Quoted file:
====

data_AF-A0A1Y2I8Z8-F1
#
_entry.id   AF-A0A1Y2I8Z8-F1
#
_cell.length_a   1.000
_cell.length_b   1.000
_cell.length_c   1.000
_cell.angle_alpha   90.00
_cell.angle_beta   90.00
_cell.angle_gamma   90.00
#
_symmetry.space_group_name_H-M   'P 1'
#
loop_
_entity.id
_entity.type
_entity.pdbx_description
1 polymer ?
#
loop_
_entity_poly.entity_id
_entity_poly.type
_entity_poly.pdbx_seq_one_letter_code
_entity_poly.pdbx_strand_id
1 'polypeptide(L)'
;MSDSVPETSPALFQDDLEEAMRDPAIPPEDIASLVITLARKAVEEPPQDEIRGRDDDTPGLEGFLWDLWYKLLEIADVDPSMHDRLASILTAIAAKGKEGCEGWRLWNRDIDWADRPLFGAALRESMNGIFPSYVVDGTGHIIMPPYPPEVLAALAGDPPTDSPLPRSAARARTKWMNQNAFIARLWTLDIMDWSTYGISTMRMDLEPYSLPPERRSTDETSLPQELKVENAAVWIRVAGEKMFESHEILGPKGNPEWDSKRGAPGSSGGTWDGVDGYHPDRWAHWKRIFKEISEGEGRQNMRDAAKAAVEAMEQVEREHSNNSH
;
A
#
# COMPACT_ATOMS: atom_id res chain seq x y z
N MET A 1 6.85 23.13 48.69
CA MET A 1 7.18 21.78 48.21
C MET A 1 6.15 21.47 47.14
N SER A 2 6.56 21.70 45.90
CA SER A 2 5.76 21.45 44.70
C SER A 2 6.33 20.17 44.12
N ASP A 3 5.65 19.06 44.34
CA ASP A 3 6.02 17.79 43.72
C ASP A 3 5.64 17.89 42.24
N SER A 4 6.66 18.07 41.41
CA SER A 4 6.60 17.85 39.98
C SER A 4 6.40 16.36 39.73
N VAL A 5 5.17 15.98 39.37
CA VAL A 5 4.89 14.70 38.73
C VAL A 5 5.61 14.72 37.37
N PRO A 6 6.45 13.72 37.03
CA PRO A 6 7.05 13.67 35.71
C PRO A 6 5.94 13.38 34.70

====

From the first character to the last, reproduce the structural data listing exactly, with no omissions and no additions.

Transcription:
data_AF-A0A1Y2I8Z8-F1
#
_entry.id   AF-A0A1Y2I8Z8-F1
#
_cell.length_a   1.000
_cell.length_b   1.000
_cell.length_c   1.000
_cell.angle_alpha   90.00
_cell.angle_beta   90.00
_cell.angle_gamma   90.00
#
_symmetry.space_group_name_H-M   'P 1'
#
loop_
_entity.id
_entity.type
_entity.pdbx_description
1 polymer ?
#
loop_
_entity_poly.entity_id
_entity_poly.type
_entity_poly.pdbx_seq_one_letter_code
_entity_poly.pdbx_strand_id
1 'polypeptide(L)'
;MSDSVPETSPALFQDDLEEAMRDPAIPPEDIASLVITLARKAVEEPPQDEIRGRDDDTPGLEGFLWDLWYKLLEIADVDPSMHDRLASILTAIAAKGKEGCEGWRLWNRDIDWADRPLFGAALRESMNGIFPSYVVDGTGHIIMPPYPPEVLAALAGDPPTDSPLPRSAARARTKWMNQNAFIARLWTLDIMDWSTYGISTMRMDLEPYSLPPERRSTDETSLPQELKVENAAVWIRVAGEKMFESHEILGPKGNPEWDSKRGAPGSSGGTWDGVDGYHPDRWAHWKRIFKEISEGEGRQNMRDAAKAAVEAMEQVEREHSNNSH
;
A
#
# COMPACT_ATOMS: atom_id res chain seq x y z
N MET A 1 6.85 23.13 48.69
CA MET A 1 7.18 21.78 48.21
C MET A 1 6.15 21.47 47.14
N SER A 2 6.56 21.70 45.90
CA SER A 2 5.76 21.45 44.70
C SER A 2 6.33 20.17 44.12
N ASP A 3 5.65 19.06 44.34
CA ASP A 3 6.02 17.79 43.72
C ASP A 3 5.64 17.89 42.24
N SER A 4 6.66 18.07 41.41
CA SER A 4 6.60 17.85 39.98
C SER A 4 6.40 16.36 39.73
N VAL A 5 5.17 15.98 39.37
CA VAL A 5 4.89 14.70 38.73
C VAL A 5 5.61 14.72 37.37
N PRO A 6 6.45 13.72 37.03
CA PRO A 6 7.05 13.67 35.71
C PRO A 6 5.94 13.38 34.70